At noon, in the middle of October, my late autumn guest, the drifting carillonneur with a name unpronounceable, who moved from one cobbled corner of the city to the other every time the season turned, looked out of the louvered window and stated that no-one rings church bells to signify the hour in Walkley anymore. In fact, she added, if this grey cloud had set in ‘now’, it would stay above the city, and what’s more, it would dwell in the chasm of the valley perhaps, for an unpredictably long time, for eternity. Look at that gigantic arc of humidity stretching between Walkley and Hillsborough, a perfect and multicoloured crescent above the city, above the earth. But just before one’s mouth could shape a frail ‘oh,’ the vision vanished, and one wondered if all that had just happened was in fact at all true, if the bands one thought one saw were merely artefacts of the photopigments in the eyes. But there is truth in evaporating contours of bridges, she said, there is truth in the absent, the hollow, just dare stare into the midst of the fog. It is the borders of such densities couriers are to cross, the night’s borders after the rain enveloping the contours of the Hillsborough hills. It’s such a day when you too fall into an inexplicable darkness of mood forgetting what then you called ‘magic’, the perfect portico made of air and basic colours. Look, she said, it’s that kind of 2 am which shakes and then wakes you; when your face looks pale and puffy like small planets, have you, she shook me, have you been shaken like this before? In a room that’s dark and empty and no-one else is around. Except on the semi-lit pallid wall, there’s always a shadow swinging, limbs and empty sleeves, a silenced body of a bell. The body: an anonym messenger, the corpse of a postman, a spectre of a fallen angel. And my guest, like a tongueless psychopomp speaking several inaudible tongues, continued; she reminded me of a former nameless acquaintance, who used to drift around the city with one lachrymal gland always swollen enquiring urgently about the whereabouts of the industrial parts of the city determined to paddle head over ears in the derelict, in debris, in another city they call necropolis no-one has ever found. She too failed to find it. Yet if all failed, she said, she could throw a stone at a hooded crow (straight from Eurasia) to see – if the stone, or pebble flew over the sea she would become a vagabond forever; if it landed on a building, she said, they said she could put her anchors down. Buildings gaining and losing significance as seasons change are so much like the word you. And all yousare like ghost trams that used to run from here to town and back. But then ghost trains are very much like ghost bells, my nameless guest added, and wondered when this eternal curse on church bells would be revoked. Can you sense their hollow absence echoing off cast iron. Let’s walk in and out of Walcas Leah this early October Sunday, she said. At noon. Walkley is renowned for celebrating Sundays without a sound, in fact each Monday, and what’s more, each day carved in the calendar seems to turn into an eternal silent Sunday in this part of the world. But it seems no colour can stay the same for longer than a split second. These autumnal colours are very much like guests who leave the dinner table in between two courses and are never to return, she boomed. Who are these creatures who agree unwillingly to dine with you then disappear into the valley of no-man’s land with an intermittent ‘chuff’. One day you’ll need to find those spectral tracks to be able to find your way home, she warned me. The further away the trams take you, the closer you are to home. When you are ready, she said, they will pass by the boarded up Netto which sits anonymously on South Road like a dysfunctional gesture, a building ready for dark November weekdays. That is Sundays, in Walkley. One should ring death knells, she said, for departing buildings like that. (Although the other night, I noticed, the shop was lit up and a quiet workman was smoking a cigarette outside in the rain.) Eventually they will open their shutter, she nodded. The other evening, she said, she too saw a thin shaft of light squeezing through the metal blinds. Through crevices. The small and absent spaces. Quiet hysterical hopes that dead bodies are breathing. Tell them your name was not Echolalia she said again. You are not the Lindowoman of West Street. How far does one have to travel in order to be remembered all at once at an impromptu corner of a non-existent street; how much courage do you need to be able to tap their shoulders gently and be just generally merry about meeting you again. But you don’t meet anyone in Walkley. South Road is quiet with few, empty shops. Their shelves haven’t much to offer other than packages of rice and a few odd home grown courgettes. There is a butcher. And a charity shop no-one dares to enter. If I knew your address, she leant closer, I would write down a list of second hand items on a postcard and post this postcard on a Sunday. The objects which smell like second hand things. A Hitchcock DVD and a porcelain tea set. A pair of worn shoes. An old viola. But there isn’t a post office in Walkley. Why does one get obsessed with staring these objects out through the fogged-up glass on Sundays, when no-one is there to watch. We must go back and remember an extra second hand item and scribble the name down on the list. Today the extra item is the skin-coloured viola. With no price tag. Priceless, I mean. People don’t buy presents from these shops anymore. It’s because they smell of old things. I would buy you the viola, if you were closer. Walkley is within vicinity. Let’s crawl an inch closer to the charity shop window and see if someone has left an old church bell in one of the dark corners. And stare into chipped flakes of unframed mirrors. Did you know that hooded crows are the only birds who can recognise their own reflections? A pair of binoculars in one of the dusty corners crowded with other items sunk in past Sundays’ fog. This vicinity is what one’s always intrigued about. I don’t know Walkley, but I do know you, she said, and looked into the binoculars, pointing the two barrels at my face. I could pretend Walkley is you. I have glued a guardian angel to every wall of every single chamber within the vicinity of Walkley. Within these Victorian walls. Someone said there is not one straight line in these buildings. If you were to place a metal ball on the floor it would scroll down in one direction and end up in the opposite corner, like one’s random thoughts. One’s unsaid longings to hear you breathe again. To follow the balls’ route into unknown corners where spiders dwell. Have you ever wondered whether to allow these spiders to dwell near you or whether to hoover them up into a tongueless vacuum. And send them off to the realm of Echolalia. Walkley is a place of no importance although it does have a name. Don’t be jealous of things which echo a name. Name is vicinity, she said, and boredom. Which makes you wonder who it is who matters. The personal paradigms, the private patterns of one’s auto-geographical maps. I have not designed this topography yet, and she threw a blind map on the kitchen floor, a white sheet, with the absence of cul-de-sacs and unnamed guests who come and dine and leave just about midnight without a word carrying bodies of heavy bells on their backs. Where do they go, one wonders, when they walk away from Walkley. Where will they return and lie down? How far are you actually from here? She said she was told Walkley is a large garden made up of many mazy gardens. That there are sixteen minutes between Walkley and the hills, uphill. ‘Sixteen eternal minutes’, they would always add. You could try throwing bones instead of stones into the vacuum of the valley. Imagine what these alternative citybooks would be about, mapped by a hooded botanist of pavements: about secret detours of the wolves of Walkley, patterns of the rain of Walkley filtering through old calcium of bones, peripatetic wonders of midnight Walkley, nocturnal tunnels of the wind of Walkley. I think this is what they would write. It’s Sunday eve and the route from here to you is like taking a massive risk walking blindfold through a snowed up suspension bridge. They would write it here. Let’s pop down the street to look again at the charity shop items. One day those items will be priceless and no-one will want to stay at home. Let’s see what those second hand things look like in the dark. Through the dusty glass. When no-one is around. That night I took the shadows of the hanging laundry off the wall. The hangman wearing a white terrycloth gown was gone from the room. On odd days I wonder if I had taken it to the charity shop. But my guest, whose name was unpronounceable, was gone too. The following night only tiny dark leaves flickered on the white. I felt the urge to allow the torrential rain to flood the kitchen and the sitting room; a thunderstorm of church bells to go all wild like a pack of bewildered wolves. I spotted the viola leaning next to the Hitchcock DVD. The street was wet after a brief October Sunday shower beating against the window for about half an hour. Soaked panorama of soft hills. You could watch it for hours every day and simply just say and remember nothing. And think of other places you could fluently write about. This, a ghostscape of the mind. The Indian shopkeeper told me the other day. They buried Walkley under tarmac. Tonight Walkley is cut into two halves by the Moon. You could maybe write about another Walkley. The yous of Walkley. Hours of Walkley. Let’s meet on the corner Walkley. And say this is where we met. Exactly at noon. Tapping shoulders. Have you heard of Rivelin before? The rainbow arching above houses across the valley holding Walkley and Hillsborough tight up in air, holding together the two poles of the earth under one name. Under one enormous silenced sound. Early October wind of Walkley. Secret detours of the wolves of Walkley. Wet weather of Walkley. Sobbing Sundays Walkley. Fearful secrets of charity shop Walkley. Quiet butchers of Walkley. Spotted dogs tied to lamp posts in front of greengrocers Walkley. If Walkley were you, I could make more sense. Let’s look into the bottom of the sink; if you look close enough, there is a quiet insect staring back at you with telescopic bright eyes, rudimentary wings soaked in soap. Where have we left this conversation. In air? I have lived here all my life, someone said at the bus stop the other day. Wait, then. The list of second hand items. The deep voiced viola. The stone, staying up in the air stuck above the fogged valley like an iron bell clapper muted, frozen in the middle of swaying.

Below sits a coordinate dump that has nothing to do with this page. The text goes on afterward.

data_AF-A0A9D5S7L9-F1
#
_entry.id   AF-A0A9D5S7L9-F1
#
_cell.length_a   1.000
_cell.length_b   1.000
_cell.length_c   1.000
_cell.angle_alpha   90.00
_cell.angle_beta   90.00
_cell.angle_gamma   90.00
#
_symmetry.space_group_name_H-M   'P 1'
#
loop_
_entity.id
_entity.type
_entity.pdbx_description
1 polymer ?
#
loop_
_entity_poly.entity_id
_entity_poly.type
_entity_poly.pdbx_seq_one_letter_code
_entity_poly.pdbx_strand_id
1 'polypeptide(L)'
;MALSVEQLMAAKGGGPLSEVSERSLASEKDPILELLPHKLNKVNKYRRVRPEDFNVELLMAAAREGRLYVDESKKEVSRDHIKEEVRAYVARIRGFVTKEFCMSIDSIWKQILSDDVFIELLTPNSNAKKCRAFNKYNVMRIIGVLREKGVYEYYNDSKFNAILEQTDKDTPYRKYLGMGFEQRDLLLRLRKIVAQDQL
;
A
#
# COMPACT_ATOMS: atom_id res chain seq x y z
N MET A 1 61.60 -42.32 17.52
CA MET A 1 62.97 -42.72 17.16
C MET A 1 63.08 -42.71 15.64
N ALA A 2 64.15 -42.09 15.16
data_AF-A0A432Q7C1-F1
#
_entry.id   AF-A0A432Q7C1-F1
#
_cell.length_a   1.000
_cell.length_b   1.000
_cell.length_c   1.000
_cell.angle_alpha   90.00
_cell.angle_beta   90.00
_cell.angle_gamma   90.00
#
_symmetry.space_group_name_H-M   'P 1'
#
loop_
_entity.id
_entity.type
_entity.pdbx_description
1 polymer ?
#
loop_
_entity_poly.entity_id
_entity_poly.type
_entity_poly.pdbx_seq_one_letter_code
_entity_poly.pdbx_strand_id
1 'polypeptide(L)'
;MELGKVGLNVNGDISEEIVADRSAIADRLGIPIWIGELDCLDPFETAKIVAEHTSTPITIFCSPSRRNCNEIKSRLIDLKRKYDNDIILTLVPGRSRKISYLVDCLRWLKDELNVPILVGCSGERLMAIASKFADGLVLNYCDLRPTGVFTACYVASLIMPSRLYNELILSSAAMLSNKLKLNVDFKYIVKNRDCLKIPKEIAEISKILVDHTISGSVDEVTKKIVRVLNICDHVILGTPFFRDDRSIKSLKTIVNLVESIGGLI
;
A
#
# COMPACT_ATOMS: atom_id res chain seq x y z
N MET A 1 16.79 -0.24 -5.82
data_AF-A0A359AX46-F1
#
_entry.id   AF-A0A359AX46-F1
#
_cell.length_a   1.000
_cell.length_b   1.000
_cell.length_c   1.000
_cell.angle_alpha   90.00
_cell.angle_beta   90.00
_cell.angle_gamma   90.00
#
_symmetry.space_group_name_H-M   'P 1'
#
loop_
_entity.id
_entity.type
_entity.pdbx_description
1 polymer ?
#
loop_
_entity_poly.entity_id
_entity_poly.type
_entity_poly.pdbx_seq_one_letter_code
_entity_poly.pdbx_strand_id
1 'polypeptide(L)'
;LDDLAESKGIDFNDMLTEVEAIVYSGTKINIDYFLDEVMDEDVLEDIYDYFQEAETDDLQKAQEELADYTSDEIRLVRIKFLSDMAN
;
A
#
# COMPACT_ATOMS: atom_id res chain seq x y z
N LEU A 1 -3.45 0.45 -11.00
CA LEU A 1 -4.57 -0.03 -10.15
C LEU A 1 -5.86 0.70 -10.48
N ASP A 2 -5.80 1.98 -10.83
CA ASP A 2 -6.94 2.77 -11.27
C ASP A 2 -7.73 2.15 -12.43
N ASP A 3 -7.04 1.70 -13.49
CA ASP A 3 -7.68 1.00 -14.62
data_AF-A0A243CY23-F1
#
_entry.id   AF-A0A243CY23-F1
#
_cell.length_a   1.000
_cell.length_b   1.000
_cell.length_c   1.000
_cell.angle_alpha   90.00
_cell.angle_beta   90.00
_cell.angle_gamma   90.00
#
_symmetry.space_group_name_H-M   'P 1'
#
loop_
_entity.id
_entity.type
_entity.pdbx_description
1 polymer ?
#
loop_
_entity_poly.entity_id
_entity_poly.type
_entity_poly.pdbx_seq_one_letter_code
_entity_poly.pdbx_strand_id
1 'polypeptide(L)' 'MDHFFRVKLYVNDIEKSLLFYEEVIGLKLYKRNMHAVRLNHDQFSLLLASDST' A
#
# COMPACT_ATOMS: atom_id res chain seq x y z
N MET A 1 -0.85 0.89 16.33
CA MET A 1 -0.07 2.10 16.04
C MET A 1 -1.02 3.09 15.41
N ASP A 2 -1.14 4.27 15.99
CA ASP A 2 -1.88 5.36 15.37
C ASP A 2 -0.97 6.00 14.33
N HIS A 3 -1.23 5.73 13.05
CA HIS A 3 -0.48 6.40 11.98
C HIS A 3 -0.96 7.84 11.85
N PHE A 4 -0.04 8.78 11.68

[Ágnes Lehóczky holds a PhD from the UEA. Her poetry collections in Hungarian, Station X (2000) and Medallion (2002) were published by Universitas. Her collections in English, Budapest to Babel (2008) and Rememberer (2011) were published by Egg Box. She is the inaugural winner of the Jane Martin Prize for Poetry at Girton College, Cambridge, in 2011. Her collection of essays on the poetry of Ágnes Nemes Nagy, Poetry, the Geometry of Living Substance, was published in 2011 by Cambridge Scholars. She currently teaches creative writing at the University of Sheffield.]